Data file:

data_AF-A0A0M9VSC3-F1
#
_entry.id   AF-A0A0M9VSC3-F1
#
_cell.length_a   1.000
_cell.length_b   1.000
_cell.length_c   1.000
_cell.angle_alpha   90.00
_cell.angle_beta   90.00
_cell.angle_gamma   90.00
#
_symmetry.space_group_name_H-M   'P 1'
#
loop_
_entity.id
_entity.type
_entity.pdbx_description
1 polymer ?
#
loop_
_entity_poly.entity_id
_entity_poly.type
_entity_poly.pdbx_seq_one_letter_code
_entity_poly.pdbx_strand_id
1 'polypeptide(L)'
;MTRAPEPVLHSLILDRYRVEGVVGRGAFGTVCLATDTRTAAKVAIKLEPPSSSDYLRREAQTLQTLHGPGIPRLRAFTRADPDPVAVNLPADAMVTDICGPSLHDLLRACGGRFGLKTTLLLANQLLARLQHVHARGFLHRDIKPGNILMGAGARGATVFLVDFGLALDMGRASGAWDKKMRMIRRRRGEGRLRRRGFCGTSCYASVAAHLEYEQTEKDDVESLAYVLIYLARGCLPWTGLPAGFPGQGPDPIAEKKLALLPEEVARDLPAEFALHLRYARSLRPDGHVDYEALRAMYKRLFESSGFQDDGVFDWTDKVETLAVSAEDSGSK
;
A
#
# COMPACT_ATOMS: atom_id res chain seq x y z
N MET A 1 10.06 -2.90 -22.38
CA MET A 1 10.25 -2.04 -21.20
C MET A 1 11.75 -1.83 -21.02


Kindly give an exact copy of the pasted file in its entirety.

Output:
data_AF-A0A0M9VSC3-F1
#
_entry.id   AF-A0A0M9VSC3-F1
#
_cell.length_a   1.000
_cell.length_b   1.000
_cell.length_c   1.000
_cell.angle_alpha   90.00
_cell.angle_beta   90.00
_cell.angle_gamma   90.00
#
_symmetry.space_group_name_H-M   'P 1'
#
loop_
_entity.id
_entity.type
_entity.pdbx_description
1 polymer ?
#
loop_
_entity_poly.entity_id
_entity_poly.type
_entity_poly.pdbx_seq_one_letter_code
_entity_poly.pdbx_strand_id
1 'polypeptide(L)'
;MTRAPEPVLHSLILDRYRVEGVVGRGAFGTVCLATDTRTAAKVAIKLEPPSSSDYLRREAQTLQTLHGPGIPRLRAFTRADPDPVAVNLPADAMVTDICGPSLHDLLRACGGRFGLKTTLLLANQLLARLQHVHARGFLHRDIKPGNILMGAGARGATVFLVDFGLALDMGRASGAWDKKMRMIRRRRGEGRLRRRGFCGTSCYASVAAHLEYEQTEKDDVESLAYVLIYLARGCLPWTGLPAGFPGQGPDPIAEKKLALLPEEVARDLPAEFALHLRYARSLRPDGHVDYEALRAMYKRLFESSGFQDDGVFDWTDKVETLAVSAEDSGSK
;
A
#
# COMPACT_ATOMS: atom_id res chain seq x y z
N MET A 1 10.06 -2.90 -22.38
CA MET A 1 10.25 -2.04 -21.20
C MET A 1 11.75 -1.83 -21.02